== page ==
We were well on our way home. One quick stop at the Flying J, fuel up, grab a meal, grab a few sandwiches and sodas, and the next stop would be in Montana at Missoula.
When we walked into the restaurant, a full scale political discussion was under way. This was unusual; truck stop folks, both workers and customers, are generally a pretty quiet bunch.
The only open booth was situated right next to an oversized table that seated eight, seven of the chairs being filled at the moment. There was no way we could miss hearing the animated conversation.
“Chuck,” a rather burly woman asked, “what do you think about Christie?”
The questioner’s baseball cap made it clear she drove for Schneider. Christie, we presumed, would be Governor Chris Christie of New Jersey, who’d just won relection with 61 percent of the vote and didn’t mind letting everyone hear about it.
They all knew this Chuck fellow, it seemed, and respected his opinion. From where I was sitting, I had a three-quarters view of the man. Hard to be sure with him sitting down, but at a guess he’d go six feet or so, slender, mid-forties, wearing a vest with a blue embroidered patch that read, “Chuck Trucking LLC”, circled around a Pete tractor pulling a flatbed.
Chuck snorted in derision. “I got no use for Chris f*cking Christie. He’s nothing but a fat f*ck!”
“Took on the unions right well, though, didn’t he?” A pudgy little guy seated to Chuck’s left said it mildly, looking a bit amused.
“He did that.” Chuck put his fork down, forgetting the omelette he’d been about to spear. “I ain’t saying he’s ain’t been good for New Jersey. But hell, people, he’s mostly to the left of all the RHINO types in Washington! He parrots the Democrats about it being the Tea Party’s fault for the government shutdown, never a word of criticism for Obama, none whatsoever! The way he loved up on Obama after Hurricane Sandy didn’t do the GOP one helluva lot of good just before Election Day, though admittedly our wonderfully chickensh*t candidate–that would be Romney–wasn’t exactly helping himself, either. Good Lord, people, there’s a reason Christie got more than half the Hispanic vote this last election.”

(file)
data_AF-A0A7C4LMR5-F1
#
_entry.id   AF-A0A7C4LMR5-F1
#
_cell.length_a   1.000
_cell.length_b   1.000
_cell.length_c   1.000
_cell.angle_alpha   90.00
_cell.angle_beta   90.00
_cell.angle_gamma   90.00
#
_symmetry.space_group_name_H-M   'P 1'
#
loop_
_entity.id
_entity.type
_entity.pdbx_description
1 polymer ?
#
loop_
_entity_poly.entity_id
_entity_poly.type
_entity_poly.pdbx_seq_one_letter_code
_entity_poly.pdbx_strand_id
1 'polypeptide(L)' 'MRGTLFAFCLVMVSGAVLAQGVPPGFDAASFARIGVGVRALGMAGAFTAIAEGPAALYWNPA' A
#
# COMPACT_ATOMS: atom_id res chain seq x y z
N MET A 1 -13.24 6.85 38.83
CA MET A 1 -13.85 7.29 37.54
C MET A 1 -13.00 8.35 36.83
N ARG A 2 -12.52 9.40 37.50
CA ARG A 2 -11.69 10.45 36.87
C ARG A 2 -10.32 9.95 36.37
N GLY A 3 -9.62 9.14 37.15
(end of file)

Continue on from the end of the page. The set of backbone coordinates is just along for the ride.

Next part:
Chuck’s voice carried some. One clearly Hispanic family pretended not to hear what he was saying, but there were a few people around the restaurant, here and there, either nodding in agreement or looking thoughtful.
“You don’t think he could win against Hillary?” This from the Schneider driver. She wasn’t interrupting her eating all that much, I noticed.
Chuck snorted again. I kept waiting for one of those snorts to blow boogers all over the table, but it never happened. “Hell, Carly, he could kick Hillary’s miserable Benghazi cover up butt all over the countryside! The man knows how to win elections; that’s a fact. Trouble is, I’m not sure we’d be able to tell that much difference between him and Clinton if he did win. They’re both miserable to consider.”
A man across the table from Chuck, seated next to the burly woman, spoke up for the first time. “Why don’t you tell us how you really feel, Chuck?”
That broke the tension some, but the speaker wasn’t done. “Maybe,” he said reflectively, “It really is time for us to be thinking about a third party.”
“Maybe,” Chuck admitted, calming down some as he picked his fork back up and prepared to attack the omelette that was probably cooled to room temperature by now. “I’ve always been against a third party, but we might be reaching that point.”
Things quieted down some as the diners around the table finished their meals and headed back out to hit the highway.